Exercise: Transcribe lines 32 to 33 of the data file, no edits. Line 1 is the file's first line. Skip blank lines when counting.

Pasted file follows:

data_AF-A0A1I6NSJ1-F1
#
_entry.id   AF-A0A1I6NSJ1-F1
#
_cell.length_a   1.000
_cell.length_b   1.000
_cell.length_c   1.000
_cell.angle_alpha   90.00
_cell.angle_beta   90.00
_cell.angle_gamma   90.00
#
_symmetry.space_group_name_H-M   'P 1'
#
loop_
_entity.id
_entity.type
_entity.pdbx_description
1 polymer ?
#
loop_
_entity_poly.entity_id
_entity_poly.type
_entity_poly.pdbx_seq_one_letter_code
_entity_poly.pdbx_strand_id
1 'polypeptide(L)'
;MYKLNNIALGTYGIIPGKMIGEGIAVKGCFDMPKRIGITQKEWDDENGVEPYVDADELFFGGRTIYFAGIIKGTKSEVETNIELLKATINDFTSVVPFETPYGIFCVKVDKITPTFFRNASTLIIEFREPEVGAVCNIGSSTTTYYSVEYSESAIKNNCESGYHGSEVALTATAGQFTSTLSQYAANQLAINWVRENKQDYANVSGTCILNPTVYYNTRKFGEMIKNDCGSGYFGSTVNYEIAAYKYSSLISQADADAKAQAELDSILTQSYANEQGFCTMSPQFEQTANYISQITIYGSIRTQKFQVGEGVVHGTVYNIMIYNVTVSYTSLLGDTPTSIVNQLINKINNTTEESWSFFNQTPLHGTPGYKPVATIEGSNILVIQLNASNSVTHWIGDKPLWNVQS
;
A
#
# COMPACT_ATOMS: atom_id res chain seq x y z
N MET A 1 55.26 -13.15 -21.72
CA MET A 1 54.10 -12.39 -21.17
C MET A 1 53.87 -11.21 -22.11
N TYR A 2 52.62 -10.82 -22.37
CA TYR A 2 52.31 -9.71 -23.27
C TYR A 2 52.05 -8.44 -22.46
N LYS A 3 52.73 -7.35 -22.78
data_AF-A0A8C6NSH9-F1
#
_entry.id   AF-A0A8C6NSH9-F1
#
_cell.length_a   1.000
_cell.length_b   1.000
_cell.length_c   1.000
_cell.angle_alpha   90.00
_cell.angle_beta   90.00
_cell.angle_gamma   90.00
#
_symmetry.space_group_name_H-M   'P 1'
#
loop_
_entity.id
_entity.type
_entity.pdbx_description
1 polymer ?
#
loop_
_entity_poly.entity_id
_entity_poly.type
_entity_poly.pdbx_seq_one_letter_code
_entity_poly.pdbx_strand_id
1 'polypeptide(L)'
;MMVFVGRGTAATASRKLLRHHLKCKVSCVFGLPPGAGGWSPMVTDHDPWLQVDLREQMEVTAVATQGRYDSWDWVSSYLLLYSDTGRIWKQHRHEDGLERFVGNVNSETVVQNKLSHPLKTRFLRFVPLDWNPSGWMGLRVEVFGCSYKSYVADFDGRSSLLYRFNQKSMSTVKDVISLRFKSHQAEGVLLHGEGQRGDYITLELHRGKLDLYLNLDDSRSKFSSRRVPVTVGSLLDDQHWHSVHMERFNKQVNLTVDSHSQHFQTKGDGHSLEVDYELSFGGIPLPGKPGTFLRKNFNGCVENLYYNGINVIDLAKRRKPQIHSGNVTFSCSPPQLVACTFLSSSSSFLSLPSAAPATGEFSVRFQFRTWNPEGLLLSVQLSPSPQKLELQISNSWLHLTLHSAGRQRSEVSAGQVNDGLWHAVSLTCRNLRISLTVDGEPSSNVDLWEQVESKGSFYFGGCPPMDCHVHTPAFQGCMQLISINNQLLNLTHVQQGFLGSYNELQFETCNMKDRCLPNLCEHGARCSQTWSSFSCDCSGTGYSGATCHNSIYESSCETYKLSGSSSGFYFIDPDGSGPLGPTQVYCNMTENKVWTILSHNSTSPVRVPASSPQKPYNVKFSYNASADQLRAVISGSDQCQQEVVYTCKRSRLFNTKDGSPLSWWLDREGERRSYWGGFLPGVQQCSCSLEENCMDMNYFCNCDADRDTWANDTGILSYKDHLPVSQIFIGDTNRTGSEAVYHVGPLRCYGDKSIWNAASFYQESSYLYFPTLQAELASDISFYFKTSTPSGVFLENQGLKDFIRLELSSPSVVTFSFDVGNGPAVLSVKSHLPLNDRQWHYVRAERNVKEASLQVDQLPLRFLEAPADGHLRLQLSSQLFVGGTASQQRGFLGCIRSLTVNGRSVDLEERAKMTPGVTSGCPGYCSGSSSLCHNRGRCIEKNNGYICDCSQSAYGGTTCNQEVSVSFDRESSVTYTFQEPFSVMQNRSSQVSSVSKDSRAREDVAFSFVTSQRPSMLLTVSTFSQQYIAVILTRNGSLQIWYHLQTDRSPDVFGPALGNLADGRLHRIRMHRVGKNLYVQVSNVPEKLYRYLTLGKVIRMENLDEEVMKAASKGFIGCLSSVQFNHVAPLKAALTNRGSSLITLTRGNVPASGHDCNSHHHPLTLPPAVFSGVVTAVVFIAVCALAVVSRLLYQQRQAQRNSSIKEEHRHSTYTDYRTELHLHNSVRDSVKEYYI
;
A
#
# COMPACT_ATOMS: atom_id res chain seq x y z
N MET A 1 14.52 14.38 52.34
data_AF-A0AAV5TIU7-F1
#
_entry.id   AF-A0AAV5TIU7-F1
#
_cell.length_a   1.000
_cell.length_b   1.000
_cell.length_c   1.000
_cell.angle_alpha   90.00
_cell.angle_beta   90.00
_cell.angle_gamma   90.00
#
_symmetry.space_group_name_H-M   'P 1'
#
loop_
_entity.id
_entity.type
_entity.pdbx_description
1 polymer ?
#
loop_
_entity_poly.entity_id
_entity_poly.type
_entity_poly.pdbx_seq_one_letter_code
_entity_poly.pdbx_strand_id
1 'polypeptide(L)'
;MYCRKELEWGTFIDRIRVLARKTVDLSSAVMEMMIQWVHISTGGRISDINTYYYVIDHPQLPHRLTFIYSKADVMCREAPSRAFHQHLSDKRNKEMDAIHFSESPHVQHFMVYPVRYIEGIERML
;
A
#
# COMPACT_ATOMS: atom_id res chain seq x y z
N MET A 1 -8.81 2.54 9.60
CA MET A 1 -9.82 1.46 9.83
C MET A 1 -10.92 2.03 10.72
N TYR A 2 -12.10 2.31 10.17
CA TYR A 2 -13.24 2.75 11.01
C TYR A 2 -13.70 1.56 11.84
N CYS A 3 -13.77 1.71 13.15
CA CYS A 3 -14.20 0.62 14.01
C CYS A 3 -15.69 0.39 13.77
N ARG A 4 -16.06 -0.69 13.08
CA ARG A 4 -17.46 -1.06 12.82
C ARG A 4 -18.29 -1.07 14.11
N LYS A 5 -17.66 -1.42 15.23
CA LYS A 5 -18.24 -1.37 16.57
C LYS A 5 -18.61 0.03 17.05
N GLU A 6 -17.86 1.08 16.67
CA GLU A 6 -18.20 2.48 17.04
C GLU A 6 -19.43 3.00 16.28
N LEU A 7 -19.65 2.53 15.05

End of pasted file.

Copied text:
CA MET A 1 54.10 -12.39 -21.17
C MET A 1 53.87 -11.21 -22.11